Israeli Prime Minister Benjamin Netanyahu's vow to never evacuate Jewish settlements from occupied land drew outrage Tuesday from Palestinians and complicated matters for the Trump administration's would-be peace envoys as they try to restart talks.
The Palestinians called on the White House to intervene, and visiting U.N. Secretary-General Antonio Guterres challenged Netanyahu's comments, reiterating the international community's opposition to Israeli settlements.
Well over 100 settlements dot the West Bank and a string of U.S.-led peace plans over the past two decades have called for evacuating at least some of them to make way for the establishment of an independent Palestinian state alongside Israel. Netanyahu's hard-line religious and nationalist base opposes such a move.
Netanyahu appears to have been emboldened by the election of President Donald Trump, who, unlike a string of predecessors, has not endorsed the idea of a two-state solution. Trump also has surrounded himself with a team of advisers who are longstanding supporters of settlements. These include his son-in-law Jared Kushner, who is leading the peace efforts and was in the region last week for meetings with the sides.
Netanyahu spoke at a ceremony Monday night in Barkan, a settlement in the northern West Bank.
"There is a momentum of development in Judea and Samaria," he said, referring to the West Bank by its biblical name.
"We have returned here for eternity," Netanyahu added. "There will be no more uprooting of settlements in the land of Israel. Settlements will not be uprooted."
The Palestinians seek all of the West Bank, along with east Jerusalem and the Gaza Strip, for an independent state alongside Israel. Israel captured the areas in the 1967 Mideast war, though it withdrew from Gaza in 2005.
The Palestinians say that settlements on occupied lands are illegal and undermine the goal of a two-state solution by gobbling up territory they seek — a position that is widely backed by the international community. Over 600,000 Israeli Jews now live in the West Bank and east Jerusalem.
While Netanyahu has made similar pledges before, the timing — on the heels of Kushner's visit and with the U.N. chief in town — gave it added significance and raised questions about his intentions for resolving the conflict with the Palestinians.
During the Obama administration, Netanyahu paid lip service to the idea of a two-state solution, implying that a Palestinian state could be established in parts of the West Bank or that settlements might somehow remain behind in a future Palestine. However, in recent weeks, Netanyahu has been pandering to his base, with hard-line statements and attacks on the media as a corruption investigation against him gains steam.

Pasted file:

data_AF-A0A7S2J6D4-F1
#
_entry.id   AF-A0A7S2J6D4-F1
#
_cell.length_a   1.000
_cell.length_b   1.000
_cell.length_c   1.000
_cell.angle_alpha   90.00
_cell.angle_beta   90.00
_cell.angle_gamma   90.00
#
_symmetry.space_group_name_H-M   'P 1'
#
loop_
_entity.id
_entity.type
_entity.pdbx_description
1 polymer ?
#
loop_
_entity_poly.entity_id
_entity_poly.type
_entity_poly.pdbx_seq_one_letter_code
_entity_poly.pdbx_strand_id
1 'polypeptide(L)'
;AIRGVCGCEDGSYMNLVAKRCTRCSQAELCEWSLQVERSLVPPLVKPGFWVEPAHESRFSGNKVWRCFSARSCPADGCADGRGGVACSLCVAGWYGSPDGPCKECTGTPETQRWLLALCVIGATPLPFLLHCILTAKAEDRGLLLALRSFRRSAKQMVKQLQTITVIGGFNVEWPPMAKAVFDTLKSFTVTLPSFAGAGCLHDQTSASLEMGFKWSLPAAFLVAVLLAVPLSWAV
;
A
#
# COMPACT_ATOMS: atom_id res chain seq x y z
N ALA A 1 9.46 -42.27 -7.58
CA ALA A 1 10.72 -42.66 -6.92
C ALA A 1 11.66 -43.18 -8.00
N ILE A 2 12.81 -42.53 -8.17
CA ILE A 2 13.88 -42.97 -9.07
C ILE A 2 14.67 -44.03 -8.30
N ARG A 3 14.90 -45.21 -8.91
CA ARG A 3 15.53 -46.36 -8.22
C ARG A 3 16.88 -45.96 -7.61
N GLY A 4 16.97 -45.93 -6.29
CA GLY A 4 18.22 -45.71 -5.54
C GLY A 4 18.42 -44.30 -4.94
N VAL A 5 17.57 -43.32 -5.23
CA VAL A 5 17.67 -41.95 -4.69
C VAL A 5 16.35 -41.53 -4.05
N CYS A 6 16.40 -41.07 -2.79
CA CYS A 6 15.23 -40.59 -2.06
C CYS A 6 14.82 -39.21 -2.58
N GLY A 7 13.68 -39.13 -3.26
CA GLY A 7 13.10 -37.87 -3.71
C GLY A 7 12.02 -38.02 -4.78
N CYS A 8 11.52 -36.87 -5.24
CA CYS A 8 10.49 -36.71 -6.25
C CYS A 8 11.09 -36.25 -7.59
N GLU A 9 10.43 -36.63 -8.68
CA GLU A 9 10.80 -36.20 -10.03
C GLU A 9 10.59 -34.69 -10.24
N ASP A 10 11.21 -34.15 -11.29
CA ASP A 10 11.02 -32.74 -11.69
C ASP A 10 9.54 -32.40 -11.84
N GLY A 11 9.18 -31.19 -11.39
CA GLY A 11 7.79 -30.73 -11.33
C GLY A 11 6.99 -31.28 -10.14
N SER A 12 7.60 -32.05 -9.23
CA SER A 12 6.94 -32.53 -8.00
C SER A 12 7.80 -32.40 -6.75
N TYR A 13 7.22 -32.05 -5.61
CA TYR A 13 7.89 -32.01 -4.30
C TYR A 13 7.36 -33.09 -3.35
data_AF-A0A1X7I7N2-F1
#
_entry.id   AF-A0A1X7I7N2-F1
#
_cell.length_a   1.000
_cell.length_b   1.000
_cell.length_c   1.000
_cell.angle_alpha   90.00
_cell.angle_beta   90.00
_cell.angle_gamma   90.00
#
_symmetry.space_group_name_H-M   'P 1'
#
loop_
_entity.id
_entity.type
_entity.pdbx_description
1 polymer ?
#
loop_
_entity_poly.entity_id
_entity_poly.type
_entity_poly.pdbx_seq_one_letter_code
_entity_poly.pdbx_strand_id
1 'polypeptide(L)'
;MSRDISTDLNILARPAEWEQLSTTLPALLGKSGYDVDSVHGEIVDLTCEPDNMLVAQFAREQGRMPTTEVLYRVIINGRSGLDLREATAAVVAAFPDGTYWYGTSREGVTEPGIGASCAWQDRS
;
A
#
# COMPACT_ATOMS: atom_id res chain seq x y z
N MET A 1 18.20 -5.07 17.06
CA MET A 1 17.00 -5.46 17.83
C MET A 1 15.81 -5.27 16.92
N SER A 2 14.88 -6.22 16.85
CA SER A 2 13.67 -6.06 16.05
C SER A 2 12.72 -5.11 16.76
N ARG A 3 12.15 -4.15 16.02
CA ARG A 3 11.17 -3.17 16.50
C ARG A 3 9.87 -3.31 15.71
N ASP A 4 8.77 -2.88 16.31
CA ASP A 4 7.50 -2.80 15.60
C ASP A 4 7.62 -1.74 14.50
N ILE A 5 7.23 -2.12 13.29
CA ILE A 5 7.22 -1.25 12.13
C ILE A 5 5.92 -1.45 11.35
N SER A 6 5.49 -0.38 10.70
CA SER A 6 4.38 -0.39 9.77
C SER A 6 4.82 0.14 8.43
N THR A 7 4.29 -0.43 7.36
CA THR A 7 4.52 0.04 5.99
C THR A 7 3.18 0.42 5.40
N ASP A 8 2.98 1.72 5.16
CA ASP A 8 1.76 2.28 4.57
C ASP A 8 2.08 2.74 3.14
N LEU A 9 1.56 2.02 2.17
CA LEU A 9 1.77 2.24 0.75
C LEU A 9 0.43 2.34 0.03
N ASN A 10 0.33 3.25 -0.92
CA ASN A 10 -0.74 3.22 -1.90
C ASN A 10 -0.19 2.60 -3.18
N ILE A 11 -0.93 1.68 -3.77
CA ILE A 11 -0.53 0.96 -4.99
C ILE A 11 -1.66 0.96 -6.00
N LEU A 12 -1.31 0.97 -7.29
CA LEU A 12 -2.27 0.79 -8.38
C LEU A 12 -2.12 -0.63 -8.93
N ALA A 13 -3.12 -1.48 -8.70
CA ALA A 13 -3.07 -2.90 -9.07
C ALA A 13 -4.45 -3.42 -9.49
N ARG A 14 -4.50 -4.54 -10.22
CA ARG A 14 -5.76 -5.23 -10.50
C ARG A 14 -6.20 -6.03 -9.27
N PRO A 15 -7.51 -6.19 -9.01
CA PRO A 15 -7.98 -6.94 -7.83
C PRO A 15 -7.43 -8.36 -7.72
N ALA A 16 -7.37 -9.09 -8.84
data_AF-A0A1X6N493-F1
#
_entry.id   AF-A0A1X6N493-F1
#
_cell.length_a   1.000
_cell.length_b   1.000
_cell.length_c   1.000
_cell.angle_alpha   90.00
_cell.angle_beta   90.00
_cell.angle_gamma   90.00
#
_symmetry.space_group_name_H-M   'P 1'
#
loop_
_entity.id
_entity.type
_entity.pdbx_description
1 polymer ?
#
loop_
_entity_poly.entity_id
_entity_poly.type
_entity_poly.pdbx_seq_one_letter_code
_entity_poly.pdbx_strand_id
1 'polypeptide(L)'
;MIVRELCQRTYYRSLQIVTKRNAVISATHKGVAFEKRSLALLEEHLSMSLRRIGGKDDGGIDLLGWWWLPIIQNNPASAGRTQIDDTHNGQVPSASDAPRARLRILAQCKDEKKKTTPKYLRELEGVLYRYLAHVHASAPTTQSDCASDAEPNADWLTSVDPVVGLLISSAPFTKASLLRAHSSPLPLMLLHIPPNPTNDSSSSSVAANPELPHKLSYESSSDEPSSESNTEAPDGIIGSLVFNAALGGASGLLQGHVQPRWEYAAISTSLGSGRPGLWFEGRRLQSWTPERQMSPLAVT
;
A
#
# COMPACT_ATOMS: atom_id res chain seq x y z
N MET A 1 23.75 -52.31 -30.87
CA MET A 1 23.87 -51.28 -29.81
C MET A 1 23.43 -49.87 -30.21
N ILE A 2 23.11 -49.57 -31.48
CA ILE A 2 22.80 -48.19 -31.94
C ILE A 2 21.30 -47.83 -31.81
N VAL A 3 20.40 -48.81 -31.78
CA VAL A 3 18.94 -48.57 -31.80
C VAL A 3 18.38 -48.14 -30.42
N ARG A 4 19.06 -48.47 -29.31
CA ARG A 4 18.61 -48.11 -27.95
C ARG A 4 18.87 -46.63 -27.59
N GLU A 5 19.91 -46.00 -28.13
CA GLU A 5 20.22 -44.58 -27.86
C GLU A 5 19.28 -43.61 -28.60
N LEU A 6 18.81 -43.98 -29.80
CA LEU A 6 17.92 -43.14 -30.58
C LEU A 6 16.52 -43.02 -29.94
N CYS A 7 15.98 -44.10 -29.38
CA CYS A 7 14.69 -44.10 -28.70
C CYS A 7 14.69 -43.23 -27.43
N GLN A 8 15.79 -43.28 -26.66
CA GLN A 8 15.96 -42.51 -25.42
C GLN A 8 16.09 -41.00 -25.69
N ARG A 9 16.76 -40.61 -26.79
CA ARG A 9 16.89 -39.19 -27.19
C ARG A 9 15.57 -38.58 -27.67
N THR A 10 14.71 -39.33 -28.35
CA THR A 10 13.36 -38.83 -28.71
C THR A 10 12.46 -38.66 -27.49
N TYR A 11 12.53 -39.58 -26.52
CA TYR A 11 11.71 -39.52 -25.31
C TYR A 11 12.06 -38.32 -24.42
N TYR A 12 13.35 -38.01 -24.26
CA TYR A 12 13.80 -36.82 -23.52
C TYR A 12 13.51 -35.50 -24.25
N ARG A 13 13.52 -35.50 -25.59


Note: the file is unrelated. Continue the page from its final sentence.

With Netanyahu avoiding talk of Palestinian independence or a territorial withdrawal, the Palestinians are pushing the new U.S. administration to take a stand. In particular, they have been pressing Washington to call for a freeze on settlement construction and to endorse the two-state solution.
Nabil Abu Rdeneh, spokesman for Palestinian President Mahmoud Abbas, denounced Netanyahu's comments and said they hinder U.S. peace efforts.
"This is an Israeli message to the U.S. administration," he said. "We call upon the U.S. administration to deal with these provocations," which, he said, hinder U.S. peace efforts and are "an attempt to return things to square one."
The Palestinians have expressed impatience with Kushner's slow start. Kushner held talks last week with Israeli and Palestinian leaders, as well as separate meetings with Arab allies in Egypt and the Gulf. The Americans appear to be seeking a broader region-wide approach to peace by bringing in moderate Arab countries.
A senior White House official played down Netanyahu's comments.
The official, speaking on condition of anonymity because he was not authorized to discuss the issue, said the Israeli position was known and that the U.S. is talking to all sides to reach a deal "that factors in all substantive issues."
Nabil Shaath, a senior Palestinian official, said Monday that the Americans had asked for three to four months to conduct more preparations for a Mideast peace initiative.
Shaath, speaking to the Voice of Palestine radio station, said Abbas told the Americans to use the additional time to ensure a productive peace process. "We don't want to talk from scratch," he said.
The Palestinians received a boost from Guterres, who assured them the international community remains solidly behind the goal of Palestinian independence and rejects Israeli settlements, which he called illegal and a "major obstacle" to peace.
"I want to express very strongly the total commitment of the United Nations, and my personal total commitment, to do everything for a two-state solution," he said. "There is no plan B to the two-state solution."
Trump's Mideast envoy, Jason Greenblatt, meanwhile, spent the day in the northern West Bank meeting with Israeli officials discussing initiatives to help the Palestinian economy. These include an industrial zone, power substation and plans for a railway track linking the West Bank to the Israeli port of Haifa.
Greenblatt later visited a hospital in northern Israel where Israeli doctors have been treating refugees from the civil war in neighboring Syria.
AP correspondent Mohammed Daraghmeh contributed reporting from Ramallah, West Bank.
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